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J Physiol. 2004 Jan 15;554(Pt 2):417-37. Epub 2003 Oct 31.

Recovery of the human photopic electroretinogram after bleaching exposures: estimation of pigment regeneration kinetics.

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Physiological Laboratory, University of Cambridge, Cambridge, UK.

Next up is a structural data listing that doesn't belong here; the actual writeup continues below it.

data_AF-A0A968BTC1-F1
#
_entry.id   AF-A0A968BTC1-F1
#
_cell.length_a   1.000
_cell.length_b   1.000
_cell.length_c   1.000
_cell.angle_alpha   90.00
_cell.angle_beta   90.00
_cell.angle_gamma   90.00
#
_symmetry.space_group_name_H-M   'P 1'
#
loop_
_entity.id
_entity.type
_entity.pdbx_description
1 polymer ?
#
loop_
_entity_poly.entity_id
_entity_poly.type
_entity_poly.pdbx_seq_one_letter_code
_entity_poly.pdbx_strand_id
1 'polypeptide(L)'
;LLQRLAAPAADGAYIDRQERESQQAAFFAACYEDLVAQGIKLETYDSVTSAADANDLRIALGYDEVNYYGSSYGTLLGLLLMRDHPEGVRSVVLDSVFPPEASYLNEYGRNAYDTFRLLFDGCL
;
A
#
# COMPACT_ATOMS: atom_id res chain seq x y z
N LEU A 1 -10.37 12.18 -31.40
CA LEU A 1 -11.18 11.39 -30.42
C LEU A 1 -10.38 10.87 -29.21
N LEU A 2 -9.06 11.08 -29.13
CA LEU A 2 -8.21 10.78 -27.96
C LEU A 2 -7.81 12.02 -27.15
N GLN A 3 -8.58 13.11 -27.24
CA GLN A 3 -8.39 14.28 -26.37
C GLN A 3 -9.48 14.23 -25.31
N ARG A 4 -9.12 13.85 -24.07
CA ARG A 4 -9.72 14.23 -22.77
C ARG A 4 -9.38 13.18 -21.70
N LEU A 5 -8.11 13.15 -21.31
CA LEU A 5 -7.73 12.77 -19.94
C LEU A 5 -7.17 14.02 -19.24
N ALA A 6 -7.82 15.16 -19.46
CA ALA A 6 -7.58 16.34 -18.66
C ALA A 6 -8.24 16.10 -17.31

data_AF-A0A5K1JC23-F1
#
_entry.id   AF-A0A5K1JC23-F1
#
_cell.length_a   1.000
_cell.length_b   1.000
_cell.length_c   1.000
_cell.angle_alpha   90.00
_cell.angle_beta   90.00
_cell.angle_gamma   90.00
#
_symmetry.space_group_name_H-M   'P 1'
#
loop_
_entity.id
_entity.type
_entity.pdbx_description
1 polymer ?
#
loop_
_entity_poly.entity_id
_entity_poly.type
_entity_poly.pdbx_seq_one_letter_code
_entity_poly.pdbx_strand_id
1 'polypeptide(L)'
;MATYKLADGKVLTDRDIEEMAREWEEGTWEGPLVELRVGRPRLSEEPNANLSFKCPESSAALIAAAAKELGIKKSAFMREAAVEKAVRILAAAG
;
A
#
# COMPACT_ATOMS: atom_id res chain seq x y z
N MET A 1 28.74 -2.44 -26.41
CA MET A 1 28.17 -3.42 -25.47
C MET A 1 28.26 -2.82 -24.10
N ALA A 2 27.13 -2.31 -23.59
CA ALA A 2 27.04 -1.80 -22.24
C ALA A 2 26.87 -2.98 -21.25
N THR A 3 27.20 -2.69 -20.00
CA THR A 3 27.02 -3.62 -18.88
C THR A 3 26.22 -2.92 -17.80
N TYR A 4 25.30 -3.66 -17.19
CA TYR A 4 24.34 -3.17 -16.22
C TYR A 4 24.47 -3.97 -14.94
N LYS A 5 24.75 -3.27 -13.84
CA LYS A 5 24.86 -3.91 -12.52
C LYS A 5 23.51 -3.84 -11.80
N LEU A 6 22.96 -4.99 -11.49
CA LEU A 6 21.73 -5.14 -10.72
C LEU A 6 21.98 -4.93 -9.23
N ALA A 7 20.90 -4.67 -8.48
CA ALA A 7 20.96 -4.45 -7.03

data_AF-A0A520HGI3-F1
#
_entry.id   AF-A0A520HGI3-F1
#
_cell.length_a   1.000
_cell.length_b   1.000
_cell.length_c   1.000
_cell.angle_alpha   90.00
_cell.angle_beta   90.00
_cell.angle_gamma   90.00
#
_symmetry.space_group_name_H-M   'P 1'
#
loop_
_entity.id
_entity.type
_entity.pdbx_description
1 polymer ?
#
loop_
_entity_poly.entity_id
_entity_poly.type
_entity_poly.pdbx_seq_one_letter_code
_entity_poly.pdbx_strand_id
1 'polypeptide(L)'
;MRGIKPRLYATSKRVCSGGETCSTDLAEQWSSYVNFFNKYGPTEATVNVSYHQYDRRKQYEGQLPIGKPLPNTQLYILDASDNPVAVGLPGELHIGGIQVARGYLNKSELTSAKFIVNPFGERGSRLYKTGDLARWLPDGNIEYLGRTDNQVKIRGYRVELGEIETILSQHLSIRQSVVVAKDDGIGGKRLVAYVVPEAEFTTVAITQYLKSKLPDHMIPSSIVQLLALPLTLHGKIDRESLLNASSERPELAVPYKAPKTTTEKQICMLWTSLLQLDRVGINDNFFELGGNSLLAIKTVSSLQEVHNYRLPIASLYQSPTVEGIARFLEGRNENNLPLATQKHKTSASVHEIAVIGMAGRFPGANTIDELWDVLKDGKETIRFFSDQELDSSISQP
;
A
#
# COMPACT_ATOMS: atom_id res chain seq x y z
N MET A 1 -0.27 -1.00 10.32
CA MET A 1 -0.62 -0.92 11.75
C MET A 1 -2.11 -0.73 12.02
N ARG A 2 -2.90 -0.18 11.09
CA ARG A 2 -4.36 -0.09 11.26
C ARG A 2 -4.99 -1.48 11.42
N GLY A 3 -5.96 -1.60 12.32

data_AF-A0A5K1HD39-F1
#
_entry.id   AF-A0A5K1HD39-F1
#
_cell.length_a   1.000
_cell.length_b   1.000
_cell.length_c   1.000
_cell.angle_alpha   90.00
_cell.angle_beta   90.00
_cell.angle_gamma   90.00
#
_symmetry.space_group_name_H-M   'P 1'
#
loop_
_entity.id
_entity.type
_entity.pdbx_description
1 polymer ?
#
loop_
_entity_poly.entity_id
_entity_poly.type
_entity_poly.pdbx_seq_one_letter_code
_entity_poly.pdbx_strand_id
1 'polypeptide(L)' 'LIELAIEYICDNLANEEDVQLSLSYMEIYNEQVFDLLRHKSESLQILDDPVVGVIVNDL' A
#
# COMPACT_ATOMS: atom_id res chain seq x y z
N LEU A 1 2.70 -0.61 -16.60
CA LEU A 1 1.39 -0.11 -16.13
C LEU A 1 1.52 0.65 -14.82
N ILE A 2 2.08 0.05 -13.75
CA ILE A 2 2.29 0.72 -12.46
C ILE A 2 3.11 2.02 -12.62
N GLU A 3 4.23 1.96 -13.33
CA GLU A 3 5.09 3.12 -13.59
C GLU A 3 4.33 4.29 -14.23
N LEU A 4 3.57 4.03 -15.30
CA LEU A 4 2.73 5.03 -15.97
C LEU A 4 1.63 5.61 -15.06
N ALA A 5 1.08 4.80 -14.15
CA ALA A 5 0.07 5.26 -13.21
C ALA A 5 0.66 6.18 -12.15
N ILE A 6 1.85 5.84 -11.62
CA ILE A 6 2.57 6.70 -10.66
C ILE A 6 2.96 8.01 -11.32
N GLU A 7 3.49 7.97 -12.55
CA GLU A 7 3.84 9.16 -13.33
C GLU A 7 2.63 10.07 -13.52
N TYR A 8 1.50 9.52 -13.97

We used a fibre electrode in the lower conjunctival sac of the human eye to record the a-wave of the photopic electroretinogram elicited in response to dim red flashes, delivered in the presence of a rod-saturating blue background, before and after exposure of the eye to bright white illumination that bleached a significant fraction of cone photopigment. Responses were recorded from two normal subjects whose pupils were maximally dilated. A range of intensities of bleaching light were used, from 500 to 3000 photopic cd m(-2), and exposures were made sufficiently long in duration to achieve a steady-state bleach. In addition, responses were also recorded following shorter durations of exposures to the highest intensity (3000 cd m(-2)); these durations ranged from 5 to 60 s. The amplitude of the a-wave response to dim flashes was reduced following the exposures, with brighter or longer exposures causing greater reduction. The amplitude then recovered within about 4 min to the prebleach level. The amplitudes measured at ca 15 ms after the flash were used to derive the effective intensity of the flashes, thereby quantifying the fraction of photopigment available at the time of delivery of each flash. Recovery from all exposures in both subjects followed a common time course, which could be described well by a model of pigment kinetics based on rate-limited regeneration, where the initial rate of recovery following a total bleach was ca 50% of the total pigment per minute, and the residual pigment level for half the maximal rate was ca 20% of the total pigment. The same parameters, together with a fixed photosensitivity, could account for the steady-state pigment levels seen at each bleaching intensity, and also for the fraction of pigment bleached following exposures of different duration at the highest intensity. The dim-flash ERG thus provides a novel method for assessing pigment regeneration in vivo. Our finding that pigment regeneration follows rate-limited kinetics may explain previous reports of pigment regeneration deviating from first order kinetics. We present a model of regeneration in which the rate limit arises from a limitation in the delivery of 11-cis-retinoid to the photoreceptor outer segments.

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